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Phosphorus
PHOSPHORUS is an element (symbol P) which enters the metal fr...

Suggestions For Handling High-speed Steels
The following suggestions for handling high-speed steels are ...

Application Of Liberty Engine Materials To The Automotive Industry
The success of the Liberty engine program was an engineer...

Process Of Carburizing
Carburizing imparts a shell of high-carbon content to a low-...

Refining The Grain
This is remedied by reheating the piece to a temperature slig...

Gas Consumption For Carburizing
Although the advantages offered by the gas-fired furnace for ...

High-chromium Or Rust-proof Steel
High-chromium, or what is called stainless steel containing f...

Alloying Elements
Commercial steels of even the simplest types are therefore p...

Preventing Cracks In Hardening
The blacksmith in the small shop, where equipment is usually ...

Cyanide Bath For Tool Steels
All high-carbon tool steels are heated in a cyanide bath. Wi...

Corrosion
This steel like any other steel when distorted by cold worki...

High Speed Steel
For centuries the secret art of making tool steel was handed ...

Mushet And Bessemer
That Mushet was "used" by Ebbw Vale against Bessemer is, perh...

Forging High-speed Steel
Heat very slowly and carefully to from 1,800 to 2,000 deg.F....

Judging The Heat Of Steel
While the use of a pyrometer is of course the only way to hav...

Separating The Work From The Compound
During the pulling of the heat, the pots are dumped upon a ca...

Annealing Work
With the exception of several of the higher types of alloy s...

The Electric Process
The fourth method of manufacturing steel is by the electric f...

Temperature For Annealing
Theoretically, annealing should be accomplished at a tempera...

Silicon
Silicon prevents, to a large extent, defects such as gas bubb...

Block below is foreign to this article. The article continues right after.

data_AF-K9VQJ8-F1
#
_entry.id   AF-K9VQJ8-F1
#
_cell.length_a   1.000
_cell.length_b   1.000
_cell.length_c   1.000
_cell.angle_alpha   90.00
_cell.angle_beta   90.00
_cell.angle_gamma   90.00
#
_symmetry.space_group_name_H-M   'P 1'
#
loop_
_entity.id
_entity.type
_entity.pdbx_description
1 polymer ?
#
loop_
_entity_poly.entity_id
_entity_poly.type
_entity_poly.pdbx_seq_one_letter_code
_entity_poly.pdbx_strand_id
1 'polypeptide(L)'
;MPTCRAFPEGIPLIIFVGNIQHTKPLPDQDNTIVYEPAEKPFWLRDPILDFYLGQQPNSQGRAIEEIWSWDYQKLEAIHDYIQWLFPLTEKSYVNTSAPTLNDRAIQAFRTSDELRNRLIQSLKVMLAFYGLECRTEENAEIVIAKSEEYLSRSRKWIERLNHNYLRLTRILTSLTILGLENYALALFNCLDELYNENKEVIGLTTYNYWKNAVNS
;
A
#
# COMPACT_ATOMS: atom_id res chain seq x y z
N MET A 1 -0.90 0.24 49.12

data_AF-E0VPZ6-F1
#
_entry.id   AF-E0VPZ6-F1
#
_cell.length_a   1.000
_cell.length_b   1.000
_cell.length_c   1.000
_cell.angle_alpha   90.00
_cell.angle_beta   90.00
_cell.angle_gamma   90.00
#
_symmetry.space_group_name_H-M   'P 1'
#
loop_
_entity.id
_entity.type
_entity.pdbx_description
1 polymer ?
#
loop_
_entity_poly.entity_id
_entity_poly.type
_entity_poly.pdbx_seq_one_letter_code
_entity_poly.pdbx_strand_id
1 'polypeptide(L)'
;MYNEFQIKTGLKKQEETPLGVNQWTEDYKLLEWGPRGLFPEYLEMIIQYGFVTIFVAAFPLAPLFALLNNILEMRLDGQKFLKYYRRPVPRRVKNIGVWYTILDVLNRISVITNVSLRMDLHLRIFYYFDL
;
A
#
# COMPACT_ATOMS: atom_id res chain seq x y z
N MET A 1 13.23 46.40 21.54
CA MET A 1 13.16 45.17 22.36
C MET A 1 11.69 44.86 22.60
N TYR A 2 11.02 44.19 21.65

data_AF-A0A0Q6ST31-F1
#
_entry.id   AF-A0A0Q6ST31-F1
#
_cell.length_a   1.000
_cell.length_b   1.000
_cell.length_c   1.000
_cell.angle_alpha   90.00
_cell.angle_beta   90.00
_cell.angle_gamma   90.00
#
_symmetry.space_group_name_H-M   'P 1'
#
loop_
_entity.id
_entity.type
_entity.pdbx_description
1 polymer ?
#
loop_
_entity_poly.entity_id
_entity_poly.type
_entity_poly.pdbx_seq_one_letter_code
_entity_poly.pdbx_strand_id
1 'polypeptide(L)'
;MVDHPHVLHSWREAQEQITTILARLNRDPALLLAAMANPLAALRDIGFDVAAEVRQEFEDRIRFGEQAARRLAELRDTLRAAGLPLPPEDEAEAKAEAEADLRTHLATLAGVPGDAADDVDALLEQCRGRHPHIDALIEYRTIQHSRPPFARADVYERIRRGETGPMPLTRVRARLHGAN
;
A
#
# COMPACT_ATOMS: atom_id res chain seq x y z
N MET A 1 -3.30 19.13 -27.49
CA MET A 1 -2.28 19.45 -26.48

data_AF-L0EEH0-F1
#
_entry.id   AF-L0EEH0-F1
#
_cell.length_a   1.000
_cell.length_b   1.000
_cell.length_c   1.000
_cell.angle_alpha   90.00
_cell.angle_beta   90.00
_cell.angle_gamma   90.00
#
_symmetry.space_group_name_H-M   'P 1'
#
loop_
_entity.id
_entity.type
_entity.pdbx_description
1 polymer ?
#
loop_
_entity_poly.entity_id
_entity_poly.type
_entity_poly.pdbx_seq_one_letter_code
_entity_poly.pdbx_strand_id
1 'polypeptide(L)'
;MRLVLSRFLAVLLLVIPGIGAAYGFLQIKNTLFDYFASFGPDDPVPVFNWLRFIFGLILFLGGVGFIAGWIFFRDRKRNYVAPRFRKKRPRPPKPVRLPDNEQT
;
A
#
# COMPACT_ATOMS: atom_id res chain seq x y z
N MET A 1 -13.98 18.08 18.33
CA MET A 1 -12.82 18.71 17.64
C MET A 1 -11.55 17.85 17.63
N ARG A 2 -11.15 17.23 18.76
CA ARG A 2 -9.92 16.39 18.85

Nickel-chromium






Category: ALLOYS AND THEIR EFFECT UPON STEEL

A combination of the characteristics of nickel and the characteristics
of chromium, as described, should obviously give a very excellent
steel as the nickel particularly affects the ferrite of the steel
and the chromium the carbon. From this combination, we are able to
get a very strong ferrite matrix and a very hard tough cementite.
The strength of a strictly pearlitic steel over a pure iron is due
to the pearlitic being a layer arrangement of cementite running
parallel to that of a pure iron layer in each individual grain. The
ferrite i.e., the iron is increased in strength by the resistance
offered by the cementite which is the simple iron-carbon combination
known to metallurgists as Fe3C. The cementite, although adding
to the tensile strength, is very brittle and the strength of the
pearlite is the combination of the ferrite and cementite. In the
event of the cementite being strengthened, as in the case of strictly
chromium steels, an increased tensile strength is readily obtained
without loss of ductility and if the ferrite is strengthened then
the tensile strength and ductility of the metal is still further
improved.

Nickel-chromium alloy represents one of the best combinations available
at the present time. The nickel intensifies the physical characteristics
of the chromium and the chromium has a similar effect on the nickel.

For case-hardening, nickel-chromium steels seem to give very excellent
results. The carbon is very rapidly taken up in this combination,
and for that reason is rather preferable to the straight nickel steel.

With the mutually intensifying action of chromium and nickel there
is a most suitable ratio for these two alloys, and it has been found
that roughly 2-1/2 parts of nickel to about 1 part of chromium
gives the best results. Therefore, we have the standard types of
3.5 per cent nickel with 1.5 per cent chromium to 1.5 per cent
nickel with 0.6 per cent chromium and the various intermediate
types. This ratio, however, does not give the whole story of
nickel-chromium combinations, and many surprising results have
been obtained with these alloys when other percentage combinations
have been employed.





Next: Vanadium

Previous: Chromium



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